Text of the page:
Two More Bills Could Impact Florida Gaming Landscape

Written By C.J. Pierre on January 18, 2024
A picture of book of laws for a story about how Florida lawmakers could alter the state's gambling landscape with two new bills.

The Seminole Tribe holds most of the power in the Florida gaming market. However, lawmakers are reviewing proposals that may impact how the Sunshine State’s gambling industry operates.

State officials just recently kicked off the 2024 legislative session. But multiple bills could already impact the state’s gambling landscape.

On the other hand, it’s still in the early stages of the session. State officials will routinely file bills and quickly tossed to the side. However, if the proposals make waves, the impact they have on Florida casinos and Florida sports betting could be substantial.

With the Seminole Tribe fresh off a legal battle, and the 2021 Florida gaming compact law of the land again, gaming didn’t appear to be a pressing issue for legislators in 2024. But one representative pre-filed a bill dealing with daily fantasy sports. A Senator filed an opposing bill just a week before the legislators met.

Two newer bills would alter separate parts of Florida’s gaming operations.

Senate bill would recognize other FL tribes

Sen. Blaise Ingoglia filed Senate Bill 1010 just a few days before the session began. Her proposal would force the state to recognize three tribes in Northern Florida.

Her bill would make the government recognize the Santa Rosa Band of the Lower Muscogee, the Muscogee Nation of Florida and the Lower Chattahoochee Band of Yuchi Indians. Florida only recognizes the Seminoles and the Miccosukee Tribe in South Florida.

Both tribes operate gambling facilities. However, the Seminoles have exclusivity over online sports betting and Las Vegas-style casinos.

But down the road, Ingoglia’s bill could introduce Florida casinos that the Seminole Tribe doesn’t run.

The bill is incredibly short. It’s only a couple of sentences. The penultimate line protects the current gaming setup.

“State recognition of an Indian tribe or band under this section may not be construed to create any basis or authority not otherwise provided by law for an Indian tribe or band to establish or promote any form of otherwise prohibited gambling,” Ingoglia wrote at the end of the bill.

But the key phrase is “provided by law.” Recognizing these tribes could give them leverage they previously didn’t have. State officials could negotiate new deals with other tribes, allowing for more than one casino operator.

While it’s unlikely, the bill could open the door for these other tribes to offer some form of legal gambling. The tribes and the state would ultimately determine what that arrangement would look like.

The Seminoles would not be happy in that scenario. The tribe owns all six Las Vegas-style casinos in Florida, operates the only online sportsbook in the state, and recently expanded its casino offerings to include craps and roulette. New tribal nations would dent their reputation as the most influential entity in Florida gambling.

But given the Seminole Tribe’s history and relationship with the state, this is an extremely unlikely scenario. While technically possible, it’s not probable.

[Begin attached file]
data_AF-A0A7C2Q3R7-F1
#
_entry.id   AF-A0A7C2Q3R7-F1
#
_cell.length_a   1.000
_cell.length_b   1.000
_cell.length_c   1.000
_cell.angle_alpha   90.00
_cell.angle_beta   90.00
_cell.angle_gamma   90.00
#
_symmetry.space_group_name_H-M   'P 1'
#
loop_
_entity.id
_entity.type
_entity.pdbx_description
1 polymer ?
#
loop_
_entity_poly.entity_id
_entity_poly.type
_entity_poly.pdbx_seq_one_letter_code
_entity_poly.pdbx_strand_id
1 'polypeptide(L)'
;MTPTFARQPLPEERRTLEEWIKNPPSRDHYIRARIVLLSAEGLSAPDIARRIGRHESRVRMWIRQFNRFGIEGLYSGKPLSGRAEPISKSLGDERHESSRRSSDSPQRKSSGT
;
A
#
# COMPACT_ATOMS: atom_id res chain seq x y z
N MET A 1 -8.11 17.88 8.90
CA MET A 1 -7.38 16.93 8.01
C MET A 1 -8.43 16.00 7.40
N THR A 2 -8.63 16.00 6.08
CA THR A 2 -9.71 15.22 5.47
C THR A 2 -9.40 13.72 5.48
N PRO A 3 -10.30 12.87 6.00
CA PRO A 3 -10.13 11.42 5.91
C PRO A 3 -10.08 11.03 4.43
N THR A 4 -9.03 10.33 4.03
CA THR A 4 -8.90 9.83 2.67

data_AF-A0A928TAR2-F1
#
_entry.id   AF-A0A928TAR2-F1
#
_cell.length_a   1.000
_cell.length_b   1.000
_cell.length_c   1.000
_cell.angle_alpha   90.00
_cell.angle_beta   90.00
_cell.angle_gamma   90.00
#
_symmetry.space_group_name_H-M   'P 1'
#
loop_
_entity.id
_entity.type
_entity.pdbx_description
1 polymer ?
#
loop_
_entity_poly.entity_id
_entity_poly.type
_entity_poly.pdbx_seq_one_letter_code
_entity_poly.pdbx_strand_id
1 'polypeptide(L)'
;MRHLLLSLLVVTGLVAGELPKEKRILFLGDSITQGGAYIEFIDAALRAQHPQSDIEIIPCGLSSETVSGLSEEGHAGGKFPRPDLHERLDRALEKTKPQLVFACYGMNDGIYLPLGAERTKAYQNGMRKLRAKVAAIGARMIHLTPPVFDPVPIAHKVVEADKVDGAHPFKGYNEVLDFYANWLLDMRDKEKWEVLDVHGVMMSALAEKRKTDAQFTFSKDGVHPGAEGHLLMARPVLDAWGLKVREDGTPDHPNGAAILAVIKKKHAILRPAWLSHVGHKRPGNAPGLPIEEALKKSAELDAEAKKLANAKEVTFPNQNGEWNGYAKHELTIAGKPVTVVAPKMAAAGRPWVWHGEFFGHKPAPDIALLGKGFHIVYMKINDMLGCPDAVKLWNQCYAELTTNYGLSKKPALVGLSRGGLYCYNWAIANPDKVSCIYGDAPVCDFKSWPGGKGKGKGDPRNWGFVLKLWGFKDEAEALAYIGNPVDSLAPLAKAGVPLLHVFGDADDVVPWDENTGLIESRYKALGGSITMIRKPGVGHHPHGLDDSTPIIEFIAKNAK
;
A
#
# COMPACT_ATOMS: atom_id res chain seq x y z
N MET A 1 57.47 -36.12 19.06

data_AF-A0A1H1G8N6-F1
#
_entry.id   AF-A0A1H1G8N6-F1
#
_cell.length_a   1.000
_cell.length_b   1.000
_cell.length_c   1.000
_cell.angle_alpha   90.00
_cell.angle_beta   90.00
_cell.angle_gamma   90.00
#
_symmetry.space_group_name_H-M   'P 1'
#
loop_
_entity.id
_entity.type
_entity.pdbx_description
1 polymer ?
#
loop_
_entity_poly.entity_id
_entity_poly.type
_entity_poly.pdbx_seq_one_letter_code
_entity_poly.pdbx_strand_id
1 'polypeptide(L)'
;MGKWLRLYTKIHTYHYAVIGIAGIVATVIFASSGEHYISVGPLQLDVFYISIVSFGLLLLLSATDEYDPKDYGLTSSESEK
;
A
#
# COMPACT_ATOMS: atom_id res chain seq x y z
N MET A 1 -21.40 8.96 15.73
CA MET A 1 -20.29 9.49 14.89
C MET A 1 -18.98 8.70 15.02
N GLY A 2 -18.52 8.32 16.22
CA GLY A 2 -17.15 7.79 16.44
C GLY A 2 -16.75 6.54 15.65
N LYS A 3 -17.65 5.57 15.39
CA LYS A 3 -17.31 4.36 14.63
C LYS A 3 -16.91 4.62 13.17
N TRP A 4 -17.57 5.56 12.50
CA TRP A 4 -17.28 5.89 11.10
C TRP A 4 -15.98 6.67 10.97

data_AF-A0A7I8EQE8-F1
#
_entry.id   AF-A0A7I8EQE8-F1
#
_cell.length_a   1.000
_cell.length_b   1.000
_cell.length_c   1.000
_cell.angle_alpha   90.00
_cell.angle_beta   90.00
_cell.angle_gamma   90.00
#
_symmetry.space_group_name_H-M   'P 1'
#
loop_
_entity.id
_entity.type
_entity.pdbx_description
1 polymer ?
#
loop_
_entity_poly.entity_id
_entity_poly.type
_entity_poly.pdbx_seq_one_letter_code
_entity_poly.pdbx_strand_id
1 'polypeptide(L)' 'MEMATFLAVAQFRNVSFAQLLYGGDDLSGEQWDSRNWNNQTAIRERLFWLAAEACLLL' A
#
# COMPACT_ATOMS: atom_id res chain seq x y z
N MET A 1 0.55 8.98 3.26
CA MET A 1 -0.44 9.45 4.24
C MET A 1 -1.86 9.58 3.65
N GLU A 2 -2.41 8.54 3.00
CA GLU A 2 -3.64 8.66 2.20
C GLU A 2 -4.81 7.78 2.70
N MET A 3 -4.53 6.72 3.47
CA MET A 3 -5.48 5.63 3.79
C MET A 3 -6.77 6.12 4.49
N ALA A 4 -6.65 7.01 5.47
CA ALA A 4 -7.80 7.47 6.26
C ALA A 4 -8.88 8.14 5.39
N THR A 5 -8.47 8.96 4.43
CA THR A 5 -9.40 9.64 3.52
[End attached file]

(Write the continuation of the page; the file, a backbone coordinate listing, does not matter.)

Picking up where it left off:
The measure has only been introduced and hasn’t moved in the past week. Is this bill going to reach Gov. Ron DeSantis’ desk? Most likely not. However, it could significantly shift the Florida gaming landscape if it gains traction.

Florida lawmakers looking to use sports betting money to expand environmental projects

State lawmakers are also looking at directing what they do with revenue-sharing payments from the recently reinstated Florida sports betting market. Infrastructure is an issue that comes to mind as the proposed bill wants to use some money for environmental projects.

State Rep. Vern Buchanan introduced House Bill 1417, which would dedicate “funding for conservation lands and water quality improvements” with money from the tribe.

Meanwhile, Senate Bill 1638, introduced by State Sen. Travis Hutson, is similar in vein but more specific. Hutson, one of the sponsors of the two daily fantasy sports bills, elaborates that portions of that money must go towards environmental management and protections, including research.

SB 1638 would use an “indeterminate” amount of revenue available from the 2021 gaming compact. Some lawmakers support using gambling revenue to fund efforts like land acquisition and conservation-related projects.

As part of the gaming compact, the Seminole Tribe facilitated the launch of legal sports betting in Florida. The Hard Rock Bet Sportsbook became available to eligible customers in November 2023. The following month was the launch of in-person sports wagering and expanded gaming at Seminole-owned casinos.

Under the compact, the tribe pledged to pay $2.5 billion to the state over the first five years and potentially billions more during the three-decade deal.

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C.J. Pierre

C.J. Pierre is a Lead Writer at PlayFL. He has been covering news and sports for over a decade for both online and TV broadcasts. He was born and raised in Minneapolis, MN and is an alum of Minnesota State University: Moorhead. He recently dove into tribal casino, sports betting and online gambling news. He also covered the launch of sports betting in Arizona. C.J. has experience as a reporter and videographer and has covered high school, college and professional sports throughout his career, most notably following Arizona Cardinals, Phoenix Suns, Minnesota Vikings and North Dakota State University football.

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